Athletics: Benjamin runs personal best but medal tally stuck on zero

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The Independent Online

Wariner was never seriously challenged as he ran a personal best of 43.93sec, but the 23-year-old Welshman - whose awkward lane draw was a result of his qualification as one of the fastest losers - broke 45 seconds for the third time in four races, recording 44.93.

"Running sub-45 seconds from lane one was a massive experience for me," said the athlete who was flat on his back in hospital for most of March after a spinal injection went wrong. "I'm on the up and up. Just give me another year to put some work in."

Asked to comment on criticisms of Britain's performances here, he responded: "I can't speak for other people. I can only try my best, and that's what I've done. But I think these championships can be a great experience for young athletes like Nathan Douglas and Chris Tomlinson. They have got to have time to develop."

There was, however, a significant development in the medal prospects for Britain's sprint relay team today as the Americans dropped the baton in their semi-final.

There was a collective chuckle as the American's first changeover between Mardy Scales and Leonard Scott came to grief in the sprint relay semi-final. The team which, as ever, had all the individual talent to choose from, had managed once again to become less than the sum of its constituent parts. At the end of a very bad week, it was a piece of startling fortune for the Brits...

And it was a particularly poor moment for former 100m champion Maurice Greene, who was here purely for the relay and was left stranded on the fourth leg. He must now travel back to the States without having run a step in anger .

"Passing a stick isn't that complex, but we don't practise it enough," Greene said. "It's been a rainy vacation, I guess."

Britain - using three of the four men who secured Olympic gold last summer - are the second fastest qualifiers with 38.32sec behind Trinidad and Tobago, who clocked 38.28, and have a real medal chance.

As indeed does Paula Radcliffe as she sets out in pursuit of her first global title tomorrow afternoon in the marathon. Albeit that this is an event where favourites can rarely be seen as such. As Radcliffe knows only too well from last summer, too many things can go wrong.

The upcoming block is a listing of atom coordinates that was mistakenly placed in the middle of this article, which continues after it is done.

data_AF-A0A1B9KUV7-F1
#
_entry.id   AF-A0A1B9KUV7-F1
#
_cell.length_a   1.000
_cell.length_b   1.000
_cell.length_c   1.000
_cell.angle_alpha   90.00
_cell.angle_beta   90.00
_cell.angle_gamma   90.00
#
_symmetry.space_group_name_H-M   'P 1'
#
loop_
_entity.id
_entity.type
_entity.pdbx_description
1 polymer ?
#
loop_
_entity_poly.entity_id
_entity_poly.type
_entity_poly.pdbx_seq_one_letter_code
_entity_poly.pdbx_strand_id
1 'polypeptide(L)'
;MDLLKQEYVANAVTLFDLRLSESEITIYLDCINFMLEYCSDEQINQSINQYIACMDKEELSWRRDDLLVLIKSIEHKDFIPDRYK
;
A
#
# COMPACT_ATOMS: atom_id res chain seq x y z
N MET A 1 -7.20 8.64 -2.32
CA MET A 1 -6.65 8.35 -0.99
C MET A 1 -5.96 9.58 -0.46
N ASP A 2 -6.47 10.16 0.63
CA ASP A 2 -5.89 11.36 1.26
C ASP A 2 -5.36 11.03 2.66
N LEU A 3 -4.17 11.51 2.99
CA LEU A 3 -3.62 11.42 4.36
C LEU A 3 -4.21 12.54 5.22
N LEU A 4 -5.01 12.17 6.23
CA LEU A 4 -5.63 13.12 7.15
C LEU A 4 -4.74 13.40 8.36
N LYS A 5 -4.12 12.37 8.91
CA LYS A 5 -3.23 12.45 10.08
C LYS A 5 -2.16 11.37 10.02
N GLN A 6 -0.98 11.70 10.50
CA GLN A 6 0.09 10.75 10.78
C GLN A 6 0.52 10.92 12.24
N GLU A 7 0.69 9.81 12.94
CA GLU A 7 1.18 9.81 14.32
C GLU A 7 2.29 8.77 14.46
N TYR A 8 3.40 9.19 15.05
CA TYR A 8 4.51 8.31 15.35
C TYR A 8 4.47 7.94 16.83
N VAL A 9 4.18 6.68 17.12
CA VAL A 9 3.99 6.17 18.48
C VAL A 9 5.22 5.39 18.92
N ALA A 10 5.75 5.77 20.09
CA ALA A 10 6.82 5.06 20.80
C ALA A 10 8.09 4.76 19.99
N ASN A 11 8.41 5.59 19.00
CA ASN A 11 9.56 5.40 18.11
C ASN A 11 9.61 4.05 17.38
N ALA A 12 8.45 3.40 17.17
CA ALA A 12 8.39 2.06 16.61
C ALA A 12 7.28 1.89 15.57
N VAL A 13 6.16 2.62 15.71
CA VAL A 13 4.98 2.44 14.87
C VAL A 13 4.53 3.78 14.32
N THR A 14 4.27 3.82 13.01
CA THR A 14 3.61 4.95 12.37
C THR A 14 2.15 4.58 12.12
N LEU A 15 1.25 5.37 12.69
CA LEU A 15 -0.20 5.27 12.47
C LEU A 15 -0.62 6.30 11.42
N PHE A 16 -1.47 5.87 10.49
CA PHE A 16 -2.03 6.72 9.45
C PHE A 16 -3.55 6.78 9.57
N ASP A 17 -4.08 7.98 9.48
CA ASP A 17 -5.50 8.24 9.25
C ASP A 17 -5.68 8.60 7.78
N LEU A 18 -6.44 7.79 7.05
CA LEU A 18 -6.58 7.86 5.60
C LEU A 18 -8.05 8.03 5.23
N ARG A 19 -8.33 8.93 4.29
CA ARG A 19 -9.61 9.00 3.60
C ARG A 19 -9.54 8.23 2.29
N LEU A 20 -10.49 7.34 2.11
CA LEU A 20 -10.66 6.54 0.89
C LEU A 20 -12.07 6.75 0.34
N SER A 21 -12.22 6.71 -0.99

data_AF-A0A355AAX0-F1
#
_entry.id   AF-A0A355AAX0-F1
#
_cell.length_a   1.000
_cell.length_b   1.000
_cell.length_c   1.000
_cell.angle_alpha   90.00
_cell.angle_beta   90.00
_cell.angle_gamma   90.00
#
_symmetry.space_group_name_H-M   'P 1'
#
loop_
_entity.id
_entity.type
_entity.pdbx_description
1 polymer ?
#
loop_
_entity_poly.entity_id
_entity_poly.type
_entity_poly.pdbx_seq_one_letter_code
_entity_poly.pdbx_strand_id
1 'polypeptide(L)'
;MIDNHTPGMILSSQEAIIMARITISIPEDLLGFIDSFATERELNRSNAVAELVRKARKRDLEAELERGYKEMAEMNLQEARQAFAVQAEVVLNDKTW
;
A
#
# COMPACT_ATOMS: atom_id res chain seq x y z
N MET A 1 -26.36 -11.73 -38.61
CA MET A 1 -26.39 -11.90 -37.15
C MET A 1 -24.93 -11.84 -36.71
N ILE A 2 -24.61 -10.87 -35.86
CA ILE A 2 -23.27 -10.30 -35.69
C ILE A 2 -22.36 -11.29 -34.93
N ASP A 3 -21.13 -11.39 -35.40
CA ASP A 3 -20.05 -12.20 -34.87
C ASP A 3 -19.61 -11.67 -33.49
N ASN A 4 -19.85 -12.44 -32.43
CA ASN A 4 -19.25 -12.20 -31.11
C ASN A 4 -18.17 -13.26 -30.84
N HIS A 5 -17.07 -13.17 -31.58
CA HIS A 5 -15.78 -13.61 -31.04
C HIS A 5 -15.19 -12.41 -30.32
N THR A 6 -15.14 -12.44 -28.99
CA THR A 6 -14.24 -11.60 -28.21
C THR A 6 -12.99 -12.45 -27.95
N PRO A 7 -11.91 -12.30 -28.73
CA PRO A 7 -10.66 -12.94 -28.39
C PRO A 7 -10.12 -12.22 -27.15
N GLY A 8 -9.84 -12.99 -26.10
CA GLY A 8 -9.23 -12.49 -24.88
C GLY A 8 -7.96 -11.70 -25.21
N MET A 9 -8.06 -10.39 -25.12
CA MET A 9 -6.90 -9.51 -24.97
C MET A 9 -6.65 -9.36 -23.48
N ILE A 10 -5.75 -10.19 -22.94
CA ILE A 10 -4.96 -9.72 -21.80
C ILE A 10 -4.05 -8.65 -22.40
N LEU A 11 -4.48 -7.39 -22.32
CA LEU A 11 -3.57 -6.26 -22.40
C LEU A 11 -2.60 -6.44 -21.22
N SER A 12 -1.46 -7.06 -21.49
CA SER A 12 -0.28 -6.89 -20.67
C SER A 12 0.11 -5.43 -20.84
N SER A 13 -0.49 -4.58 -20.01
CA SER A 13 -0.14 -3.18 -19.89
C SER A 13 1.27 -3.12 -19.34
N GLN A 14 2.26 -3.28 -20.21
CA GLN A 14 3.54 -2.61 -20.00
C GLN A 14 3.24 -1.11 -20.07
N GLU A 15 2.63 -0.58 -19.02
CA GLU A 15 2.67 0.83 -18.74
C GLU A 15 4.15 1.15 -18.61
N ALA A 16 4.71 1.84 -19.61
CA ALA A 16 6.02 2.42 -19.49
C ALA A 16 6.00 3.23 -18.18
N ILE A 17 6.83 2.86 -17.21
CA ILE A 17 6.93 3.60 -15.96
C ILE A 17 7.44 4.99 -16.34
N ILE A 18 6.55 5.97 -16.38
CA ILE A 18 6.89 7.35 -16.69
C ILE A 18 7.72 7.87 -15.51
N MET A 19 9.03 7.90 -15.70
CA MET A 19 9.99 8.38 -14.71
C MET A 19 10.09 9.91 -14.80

But the 31-year-old must be praying that all her ill fortune came at once in Athens as she takes to the roads of Helsinki against a field where her one obvious rival is the woman from whom she took the world record, the defending champion, Catherine Ndereba of Kenya.

Having recovered from finishing a distant ninth in last Saturday's 10,000m final, Radcliffe said she had no niggles or injuries as she prepared for a race which could help to heal, if never erase, the scars of her double Olympic failure.

"Everything is in as good a shape as it could be at the moment," she said, adding that she felt no particular pressure as Britain's only realistic gold medal hope.

While the three Japanese runners who have also got an eye on the World Cup event incorporated into tomorrow's race have been training on the course for several months, Radcliffe was confident that she had already done enough to familiarise herself with the route.

"I'm aware that the Japanese have been preparing thoroughly, and they have been out training on the course," she said. "It's all about what works for each individual. I've never done that before any of my marathons. I probably only ran the last 300 metres in New York last year. It didn't do me any harm then and I don't think it will now.

"I've driven round the course in a car. I prefer to do that as I take it all in better that way. I think the course is nice, testing in places but nothing bad."

As last year, she has run three minutes faster than any of her opponents. And she says she is OK. And Helsinki has not been that hot recently.

Yelena Isinbayeva's victory in the pole vault was only slightly less surprising than her subsequent achievement of adding another centimetre to the landmark world record of 15.00m she set at Crystal Palace last month.

Christine Arron's hopes of winning the 200m gold faded to bronze as 19-year-old Allyson Felix came past her in the last 20 metres.

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